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Hicks & Hicks - The Story of 2 Siblings

Updated: Dec 10, 2021

Interviewed by Lucy A.Edwards on behalf of The Moniker Foundation

Ed, Jo - welcome! Nice to be chatting to you both, especially as you're a rather special pair of siblings who BOTH paint - let's start there, at the beginning - when did you each realise you were creative?

J - Creative thinking was encouraged a lot when we were kids. Mum saved up for us to go to the theatre and exhibitions when ever we could. She was a great story teller, used to be a puppeteer. The house was stuffed with weird picture books bought second hand off the library and we had a massive craft cupboard. E - This was north Nottingham 1980s. The place was a wreck, Dad was working as an art therapist mostly dealing with depressed ex-miners. It was lots of theatre, psychology and art. Since we had some of dads old paintings up about the house, it never seemed strange that people would make paintings. Our aunt was a full time artist too. Still is. I guess it all seemed quite natural. J- You’re making it sound like we grew up in the Great Depression again. I mean, you ARE old but still... E - Less of that.

Jo and Ed painting a mural together in Hackney, London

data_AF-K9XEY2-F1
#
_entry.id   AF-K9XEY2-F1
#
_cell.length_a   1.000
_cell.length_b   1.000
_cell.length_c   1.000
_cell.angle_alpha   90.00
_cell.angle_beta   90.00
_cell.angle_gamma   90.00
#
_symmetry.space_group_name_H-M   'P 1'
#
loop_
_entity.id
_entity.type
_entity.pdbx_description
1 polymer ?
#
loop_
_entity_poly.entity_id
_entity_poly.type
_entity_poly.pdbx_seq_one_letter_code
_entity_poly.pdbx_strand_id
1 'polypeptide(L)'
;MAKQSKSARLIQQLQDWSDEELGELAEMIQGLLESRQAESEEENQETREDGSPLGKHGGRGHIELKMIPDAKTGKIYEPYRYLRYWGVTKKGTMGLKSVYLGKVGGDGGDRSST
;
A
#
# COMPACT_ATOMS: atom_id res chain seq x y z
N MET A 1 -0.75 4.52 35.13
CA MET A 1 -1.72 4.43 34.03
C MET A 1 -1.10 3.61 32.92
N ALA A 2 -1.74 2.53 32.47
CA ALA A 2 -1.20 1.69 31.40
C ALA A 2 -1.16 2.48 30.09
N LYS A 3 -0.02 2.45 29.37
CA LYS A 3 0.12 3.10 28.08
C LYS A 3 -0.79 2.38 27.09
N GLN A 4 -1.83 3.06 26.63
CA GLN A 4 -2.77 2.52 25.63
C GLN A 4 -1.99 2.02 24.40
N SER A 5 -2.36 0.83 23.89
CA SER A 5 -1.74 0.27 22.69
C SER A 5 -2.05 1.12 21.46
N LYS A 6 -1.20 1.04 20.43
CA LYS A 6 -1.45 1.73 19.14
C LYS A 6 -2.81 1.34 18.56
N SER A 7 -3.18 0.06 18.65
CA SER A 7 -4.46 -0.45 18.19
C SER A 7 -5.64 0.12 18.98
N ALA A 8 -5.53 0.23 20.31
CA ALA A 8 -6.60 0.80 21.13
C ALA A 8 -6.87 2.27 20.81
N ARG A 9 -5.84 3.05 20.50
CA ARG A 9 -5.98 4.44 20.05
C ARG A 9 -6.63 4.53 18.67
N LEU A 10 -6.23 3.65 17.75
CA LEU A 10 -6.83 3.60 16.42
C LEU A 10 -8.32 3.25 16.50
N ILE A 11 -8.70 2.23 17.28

How do you think your processes and styles have evolved? And how have you guys each done this?

J- I studied fine art in Liverpool, back there now actually. So, YBA’s and all that, the work had a heavy conceptual underpinning. Mostly installations. But it never felt right. After Uni, I focused on screen printing and the early modernist design aesthetic. Collaging 50’s ephemera, layering colour and form. This seemed to mix easily with botanical illustration. This became the foundation of my mural-ing style. E - Well, let's see. I used to make creepy eastern European style model animation. Did lots of bad music. Then graffiti characters with 54 crew, then did all manner of commercial art practices too varied to bullet point. It's only in the last 5 years or so Ive settled down to what I think I need to say. Tending to react AGAINST the scene, and now in the midst of Londons vapid pop cliche of STREET ART, I'm focusing on the grander narrative of the sublime landscape and mid gothic Romanticism.

You are both successful solo artists in your own right, but tell us about some projects you have collaborated on together and how is it to paint alongside your sibling? Your Mum must be so proud! E - When we work together it's always an easy day. J - For you. E - Well, yes, YOU do all the pre-job stuff but, J - But? E - Well, once we are on site its ace right? J - Yeah ok. E - … Yes mum is very proud. J - Ed has 400 years of mural painting experience so he’s pretty good once you get him to the wall. E - I'm not that old J - You are at least 400. E - … Next question

Ed, how would you describe your sister's artistic style? E - Actually, I DID write your tag line, what was it? J - ‘LEFT FIELD TUTI-FRUITY AND POP BOTANICALS E - there you go.

Interior Panels Installation, Jo Hicks

Who's your artistic inspiration or muse?

E - The Brothers Quay. Really, everything originates with them. A pair of very odd identical twin film makers. They are everything to me. Them and Tom Waits.